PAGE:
The world has always been diverse and complex. Over the past few decades, however, exposure to cultural difference has become more prevalent, and many of us are now connected to people whose identities and cultural backgrounds are different from our own. Increased intercultural encounter has many benefits and can be a positive experience, but also presents challenges – particularly when it comes to helping kids navigate difference in a productive way.
Intercultural Relations, For Kids
Many people appreciate the importance of helping children develop the skills they will need to function in a diverse society when they grow up. What is less clear is exactly how parents, teachers, and intercultural specialists should go about it. And, unfortunately, this is one area where good intentions are not only insufficient, but can actually backfire. Anyone working with children needs to consider their stage of child development and how this affects program outcomes. For example, by the very fact of children being children, they differ from adults in their:
- under-developed capacity for abstract cognitive thinking
- limited scope of real-life experiences
- receptiveness to receiving messages from authority figures
- cognitive processes at play in making sense of those messages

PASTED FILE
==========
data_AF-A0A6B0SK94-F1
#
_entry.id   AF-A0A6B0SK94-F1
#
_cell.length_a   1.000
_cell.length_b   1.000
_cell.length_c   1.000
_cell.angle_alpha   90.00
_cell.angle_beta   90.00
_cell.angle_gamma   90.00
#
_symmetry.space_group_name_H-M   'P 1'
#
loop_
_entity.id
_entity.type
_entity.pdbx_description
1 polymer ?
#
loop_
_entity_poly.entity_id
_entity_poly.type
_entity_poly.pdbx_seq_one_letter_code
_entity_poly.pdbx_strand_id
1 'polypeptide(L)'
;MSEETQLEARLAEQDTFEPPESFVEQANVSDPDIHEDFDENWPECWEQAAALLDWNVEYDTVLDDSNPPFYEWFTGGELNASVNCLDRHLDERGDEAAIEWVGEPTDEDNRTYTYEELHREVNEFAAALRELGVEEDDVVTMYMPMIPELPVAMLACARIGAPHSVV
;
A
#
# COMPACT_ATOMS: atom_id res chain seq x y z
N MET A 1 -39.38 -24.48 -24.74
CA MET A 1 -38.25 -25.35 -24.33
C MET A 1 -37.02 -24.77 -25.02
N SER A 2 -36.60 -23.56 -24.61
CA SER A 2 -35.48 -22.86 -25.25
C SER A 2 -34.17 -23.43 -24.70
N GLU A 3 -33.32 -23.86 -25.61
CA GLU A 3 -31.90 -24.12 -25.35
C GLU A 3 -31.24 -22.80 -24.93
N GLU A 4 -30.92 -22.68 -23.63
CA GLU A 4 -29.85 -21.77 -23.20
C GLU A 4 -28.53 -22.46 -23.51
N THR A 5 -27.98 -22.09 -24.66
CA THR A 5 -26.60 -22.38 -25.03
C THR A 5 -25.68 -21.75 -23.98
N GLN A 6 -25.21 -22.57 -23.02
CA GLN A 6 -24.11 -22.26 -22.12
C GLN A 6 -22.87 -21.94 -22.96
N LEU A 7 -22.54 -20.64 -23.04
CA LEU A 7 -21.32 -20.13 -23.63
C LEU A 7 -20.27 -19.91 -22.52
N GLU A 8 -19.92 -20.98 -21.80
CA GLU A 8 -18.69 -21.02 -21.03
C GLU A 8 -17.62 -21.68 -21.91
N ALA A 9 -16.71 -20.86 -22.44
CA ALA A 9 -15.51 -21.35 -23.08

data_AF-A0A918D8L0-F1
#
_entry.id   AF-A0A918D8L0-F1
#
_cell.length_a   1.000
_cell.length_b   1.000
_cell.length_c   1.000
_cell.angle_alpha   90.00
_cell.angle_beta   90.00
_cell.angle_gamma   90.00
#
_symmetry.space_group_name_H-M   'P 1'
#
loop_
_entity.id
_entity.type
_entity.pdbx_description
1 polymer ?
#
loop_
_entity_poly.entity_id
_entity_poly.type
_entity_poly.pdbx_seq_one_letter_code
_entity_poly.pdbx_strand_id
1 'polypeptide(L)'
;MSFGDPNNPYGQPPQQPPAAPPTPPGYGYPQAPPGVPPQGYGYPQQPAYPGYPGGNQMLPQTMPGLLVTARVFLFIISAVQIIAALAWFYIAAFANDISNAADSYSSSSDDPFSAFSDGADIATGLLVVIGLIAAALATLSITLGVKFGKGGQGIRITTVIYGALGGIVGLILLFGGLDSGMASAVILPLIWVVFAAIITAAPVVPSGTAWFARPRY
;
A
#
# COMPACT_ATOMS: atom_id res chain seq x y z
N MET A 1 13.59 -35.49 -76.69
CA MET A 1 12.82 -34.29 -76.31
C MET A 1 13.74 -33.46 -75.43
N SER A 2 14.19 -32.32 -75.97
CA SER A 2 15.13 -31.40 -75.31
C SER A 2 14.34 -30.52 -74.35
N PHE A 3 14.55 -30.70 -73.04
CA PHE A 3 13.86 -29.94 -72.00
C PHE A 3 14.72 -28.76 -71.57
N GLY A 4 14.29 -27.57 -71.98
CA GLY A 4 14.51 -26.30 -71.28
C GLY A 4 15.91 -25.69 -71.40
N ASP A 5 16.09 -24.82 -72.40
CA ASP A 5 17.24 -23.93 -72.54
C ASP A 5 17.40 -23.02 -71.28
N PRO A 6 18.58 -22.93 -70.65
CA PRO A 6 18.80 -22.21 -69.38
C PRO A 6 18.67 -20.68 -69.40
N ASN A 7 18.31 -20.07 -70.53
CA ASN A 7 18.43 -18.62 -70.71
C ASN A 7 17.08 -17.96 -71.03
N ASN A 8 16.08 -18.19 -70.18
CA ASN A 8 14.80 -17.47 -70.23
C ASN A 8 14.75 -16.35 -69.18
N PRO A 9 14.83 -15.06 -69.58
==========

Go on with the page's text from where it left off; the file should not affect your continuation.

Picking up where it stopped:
- need for experimentation, trial and error, and to “try on” different attitudes, opinions, and behaviors
Therefore, well-intentioned adults should not rush in blindly, but should have a good grasp of the research before designing programs.
While it is important to examine the research to make sure we do things right, it is also important to do them fun. I am a proponent of using projects, stories, and creative expression as a vehicle for engaging children, because such approaches use a wide variety of intelligences and learning styles, and have well-established appeal. When learning is vibrant and connects with their innate spirit, children can learn more.
About this site
This site is my attempt to corral the research, critique examples of intercultural children’s literature, and propose projects that any adults could do with a little bit of creativity and presence. I will also share my intercultural children’s stories, and suggest guidelines for those who would write the same. Finally, I will explore the limitations working within educational institutions, and offer considerations and strategies for maneuvering this highly regulated organizational context.
Welcome to The Creative Interculturalist. Let’s cross cultures together!